When you flick open a weekly newspaper to find this sort of headline on page 16, you know you are in for a treat: ‘Murder pair stabbed victim 23 times’.
Not that I particularly enjoy reading of violence, but I was thrilled at how hard news just flowed out of the Hamilton Advertiser like the River Clyde.
‘COUNCIL LOSE £102k TO AFRICAN CONMEN’ was the screamer on page one on 23 September, a fascinating 27-pars turning to page six with full detail on an embarrassing blooper by South Lanarkshire Council.
Changing to upper and lower headlines inside, ’12 cars damaged in dawn paint stripper attacks’ was the page three lead, the reporter cramming every cough and spit of street locations, exact vehicle types, victims with names, ages and full quotes into 31 pars.
The gritty headlines, sub-headings and noses to picture captions felt very much like a trained sub had laid out the pages, with the page six picture lead a good example.
‘Flippin’ heck!’ ran the two-word headline above a snap of an upside-down Vauxhall Astra; ‘Car rolls down garden slope and ends up jammed against front door’, read the sub-heading; with the nice touch of ‘Just dropping by’ in bold introducing the caption that told how a pensioner had flipped the car into her neighbour’s garden.
Other compelling reads included: ‘Capital stag party turns ugly for father and son’ on page 10; ‘Man threw fire bomb at police station’ on page 15; and ‘Family escape injury in bridge brick attack’ on page 44.
This was a gripping snapshot of life in urban Scotland, but I’d be doing Advertiser editor John Rowbotham an injustice if I made his paper sound like a penny-dreadful.
Because strong lighteners were neatly slipped in throughout as well, starting with a great picture package on page five headlined ‘Blessed by Benedict’.
This featured the story behind wee Hamilton miracle baby Sophia, who we all remember seeing on TV news bulletins when she was plucked from the crowd during the Papal mass at Bellahouston Park, Glasgow.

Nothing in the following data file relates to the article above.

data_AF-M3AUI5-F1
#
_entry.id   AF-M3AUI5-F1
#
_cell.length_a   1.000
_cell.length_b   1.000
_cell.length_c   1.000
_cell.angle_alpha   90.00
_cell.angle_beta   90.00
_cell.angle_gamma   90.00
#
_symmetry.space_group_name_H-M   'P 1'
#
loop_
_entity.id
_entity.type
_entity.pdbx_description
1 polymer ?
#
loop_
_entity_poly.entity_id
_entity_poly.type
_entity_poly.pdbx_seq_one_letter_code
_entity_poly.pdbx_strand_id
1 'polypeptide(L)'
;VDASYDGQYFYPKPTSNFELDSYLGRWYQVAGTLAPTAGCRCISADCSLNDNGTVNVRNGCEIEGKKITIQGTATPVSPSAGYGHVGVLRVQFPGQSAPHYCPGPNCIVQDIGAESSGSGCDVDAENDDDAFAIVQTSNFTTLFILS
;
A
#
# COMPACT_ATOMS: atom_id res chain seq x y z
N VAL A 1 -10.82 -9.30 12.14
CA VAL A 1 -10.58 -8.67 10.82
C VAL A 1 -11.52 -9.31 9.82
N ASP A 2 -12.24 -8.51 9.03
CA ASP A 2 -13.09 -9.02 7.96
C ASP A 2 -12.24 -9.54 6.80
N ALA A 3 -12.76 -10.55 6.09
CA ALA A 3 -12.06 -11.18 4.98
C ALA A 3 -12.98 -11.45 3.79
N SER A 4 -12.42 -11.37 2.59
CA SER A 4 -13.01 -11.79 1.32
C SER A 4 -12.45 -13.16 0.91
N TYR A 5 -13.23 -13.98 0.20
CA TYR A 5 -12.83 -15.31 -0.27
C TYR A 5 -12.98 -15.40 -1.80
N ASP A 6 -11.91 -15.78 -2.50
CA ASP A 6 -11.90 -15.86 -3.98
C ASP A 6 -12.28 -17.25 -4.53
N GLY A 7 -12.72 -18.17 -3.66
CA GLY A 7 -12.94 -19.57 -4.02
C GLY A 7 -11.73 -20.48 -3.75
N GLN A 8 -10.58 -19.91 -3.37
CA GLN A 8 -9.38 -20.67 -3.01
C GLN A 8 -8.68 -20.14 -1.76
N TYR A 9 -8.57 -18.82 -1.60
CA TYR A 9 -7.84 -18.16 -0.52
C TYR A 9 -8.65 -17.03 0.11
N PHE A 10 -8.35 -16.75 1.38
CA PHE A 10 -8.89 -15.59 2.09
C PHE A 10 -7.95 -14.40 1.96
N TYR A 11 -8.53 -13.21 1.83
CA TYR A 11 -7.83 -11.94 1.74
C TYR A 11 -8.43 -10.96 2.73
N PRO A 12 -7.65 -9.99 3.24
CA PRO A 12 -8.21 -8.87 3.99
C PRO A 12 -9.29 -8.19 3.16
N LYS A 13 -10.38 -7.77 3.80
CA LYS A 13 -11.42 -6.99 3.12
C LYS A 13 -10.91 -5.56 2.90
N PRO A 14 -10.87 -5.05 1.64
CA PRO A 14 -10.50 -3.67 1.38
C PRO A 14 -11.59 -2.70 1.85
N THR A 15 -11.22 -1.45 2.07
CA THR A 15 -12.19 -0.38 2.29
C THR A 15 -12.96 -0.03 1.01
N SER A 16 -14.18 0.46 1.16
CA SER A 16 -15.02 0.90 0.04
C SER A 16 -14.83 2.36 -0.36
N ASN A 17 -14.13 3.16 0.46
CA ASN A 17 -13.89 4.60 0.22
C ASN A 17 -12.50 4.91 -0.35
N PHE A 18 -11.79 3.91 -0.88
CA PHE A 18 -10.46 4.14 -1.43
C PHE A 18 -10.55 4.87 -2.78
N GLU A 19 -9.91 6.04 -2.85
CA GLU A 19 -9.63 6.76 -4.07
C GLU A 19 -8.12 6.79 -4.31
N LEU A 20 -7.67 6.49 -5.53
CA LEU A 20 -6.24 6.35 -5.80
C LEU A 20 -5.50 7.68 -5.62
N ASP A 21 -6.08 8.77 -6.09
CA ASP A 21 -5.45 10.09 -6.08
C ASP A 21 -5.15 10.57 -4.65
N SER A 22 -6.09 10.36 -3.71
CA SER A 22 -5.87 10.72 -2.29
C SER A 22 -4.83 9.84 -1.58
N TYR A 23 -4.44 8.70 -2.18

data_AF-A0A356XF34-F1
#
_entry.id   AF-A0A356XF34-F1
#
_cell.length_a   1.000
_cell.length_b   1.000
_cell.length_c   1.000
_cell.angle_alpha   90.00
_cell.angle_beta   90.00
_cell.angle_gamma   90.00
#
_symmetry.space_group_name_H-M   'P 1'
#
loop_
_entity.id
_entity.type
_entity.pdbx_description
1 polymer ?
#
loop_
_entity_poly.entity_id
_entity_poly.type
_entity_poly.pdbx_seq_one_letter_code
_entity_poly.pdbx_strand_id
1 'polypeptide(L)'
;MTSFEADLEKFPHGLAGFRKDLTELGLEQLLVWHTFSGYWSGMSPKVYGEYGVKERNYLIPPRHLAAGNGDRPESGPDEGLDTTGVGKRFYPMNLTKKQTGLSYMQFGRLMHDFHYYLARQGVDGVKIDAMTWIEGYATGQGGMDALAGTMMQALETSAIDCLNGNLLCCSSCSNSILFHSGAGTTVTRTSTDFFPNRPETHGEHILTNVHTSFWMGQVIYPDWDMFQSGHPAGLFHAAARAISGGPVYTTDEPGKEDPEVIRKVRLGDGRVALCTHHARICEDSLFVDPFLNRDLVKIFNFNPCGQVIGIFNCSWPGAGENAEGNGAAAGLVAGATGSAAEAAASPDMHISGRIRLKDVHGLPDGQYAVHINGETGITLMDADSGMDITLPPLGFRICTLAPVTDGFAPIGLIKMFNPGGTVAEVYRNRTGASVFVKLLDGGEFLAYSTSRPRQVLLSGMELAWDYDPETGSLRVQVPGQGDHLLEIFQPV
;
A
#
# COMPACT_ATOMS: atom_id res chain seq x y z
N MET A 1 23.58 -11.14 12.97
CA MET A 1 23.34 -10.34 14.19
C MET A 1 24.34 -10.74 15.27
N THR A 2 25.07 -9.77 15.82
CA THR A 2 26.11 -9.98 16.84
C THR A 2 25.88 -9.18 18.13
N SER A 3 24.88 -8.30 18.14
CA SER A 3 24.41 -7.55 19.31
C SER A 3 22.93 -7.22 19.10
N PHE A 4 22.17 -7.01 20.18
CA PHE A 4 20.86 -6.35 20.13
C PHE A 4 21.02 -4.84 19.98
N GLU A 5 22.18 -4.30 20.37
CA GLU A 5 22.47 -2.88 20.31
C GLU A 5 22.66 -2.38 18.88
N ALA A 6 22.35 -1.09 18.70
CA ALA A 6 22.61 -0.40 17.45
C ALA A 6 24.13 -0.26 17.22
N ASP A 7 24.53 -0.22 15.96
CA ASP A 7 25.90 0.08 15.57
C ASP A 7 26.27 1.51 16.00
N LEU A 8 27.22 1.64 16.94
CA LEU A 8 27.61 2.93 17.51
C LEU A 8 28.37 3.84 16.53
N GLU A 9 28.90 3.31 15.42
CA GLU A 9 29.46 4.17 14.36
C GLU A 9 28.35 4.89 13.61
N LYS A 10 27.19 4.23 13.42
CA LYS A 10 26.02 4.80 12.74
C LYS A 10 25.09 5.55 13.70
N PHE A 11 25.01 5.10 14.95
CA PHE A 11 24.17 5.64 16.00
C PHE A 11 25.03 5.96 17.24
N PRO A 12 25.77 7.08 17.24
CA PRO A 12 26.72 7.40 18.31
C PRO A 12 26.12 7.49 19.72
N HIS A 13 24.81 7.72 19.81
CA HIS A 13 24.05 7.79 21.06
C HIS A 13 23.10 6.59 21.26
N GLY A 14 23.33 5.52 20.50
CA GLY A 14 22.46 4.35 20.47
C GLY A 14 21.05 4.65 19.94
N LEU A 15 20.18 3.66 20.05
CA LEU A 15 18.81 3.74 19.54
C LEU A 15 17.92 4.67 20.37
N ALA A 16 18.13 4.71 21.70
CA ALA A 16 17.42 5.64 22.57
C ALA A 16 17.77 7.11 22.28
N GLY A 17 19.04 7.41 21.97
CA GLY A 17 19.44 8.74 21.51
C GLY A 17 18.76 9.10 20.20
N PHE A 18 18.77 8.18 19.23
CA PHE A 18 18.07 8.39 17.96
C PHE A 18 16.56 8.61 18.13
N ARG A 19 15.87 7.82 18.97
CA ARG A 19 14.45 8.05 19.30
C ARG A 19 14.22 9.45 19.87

Other picture-led news to make you smile included: ‘First class’, with a total of 16 kiddies smartly dressed in uniform starting school on page 25; and a picture spread on a 6km charity road race containing 14 group shots with more than 200 identifiable faces on pages 30 and 31.
There was room found for joyous celebrations too, and I particularly liked the 26-par story headlined ‘Whirlwind romance led to wedded bliss’ on page 43.
“What, that much copy on an everyday Golden Wedding?” I hear cynics ask.
Not at all, because as anyone who’s covered real people knows, there’s a great story in every such event, this diligent reporter discovering the determined community spirit of Iris and Albert Heasman.
“A High Blantyre couple who were once renowned for throwing their beautiful garden open to the public to raise cash for charity have just celebrated 50 years of wedded bliss,” read the intro, the full report describing their exciting romance, jobs abroad, loving family life and generosity to others.
In all, there were 177 stories and countless listings on 55 news pages in the Advertiser, with a total of 140 pictures; seven pages of sport added another 48 tales and 16 pictures in an impressive 104-page paper.
Not that that I didn’t have a few issues with the Advertiser…
I disliked the brown-orange tint behind the masthead, which I can only hope was a one-off linked to the earpiece advert, given that it looks much cleaner on a white background online.
And I groaned at the horribly violet wash over the copy on the ‘Lanarkshire Live’ spread on pages 48 and 49 which, if a regular design colour, I’d advise is dropped immediately.
Despite excellent headlines, the lay-out was sometimes clunky, with random boxes for nibs and shorts creating a student magazine effect.
And an L-shaped ‘Letters extra’ section on page 28 caused confusion, given that the main letters page didn’t appear until page 46.
There were also annoying stop-start Classified sections with repeating categories, for instance a ‘Lanarkshire Home Improvements’ spread of ads on page 35 and 36, then another spread of similar trades and service on pages 94 and 95.
But as many have said before, content is king, and if I lived on the Hamilton Advertiser’s patch I would happily shell out my 88p a week just to make sure I didn’t miss out on all the action.
Published by Trinity Mirror, the Hamilton Advertiser (Series) sells 20,181 a week according to the latest ABCs, down -6.7pc on 2009.
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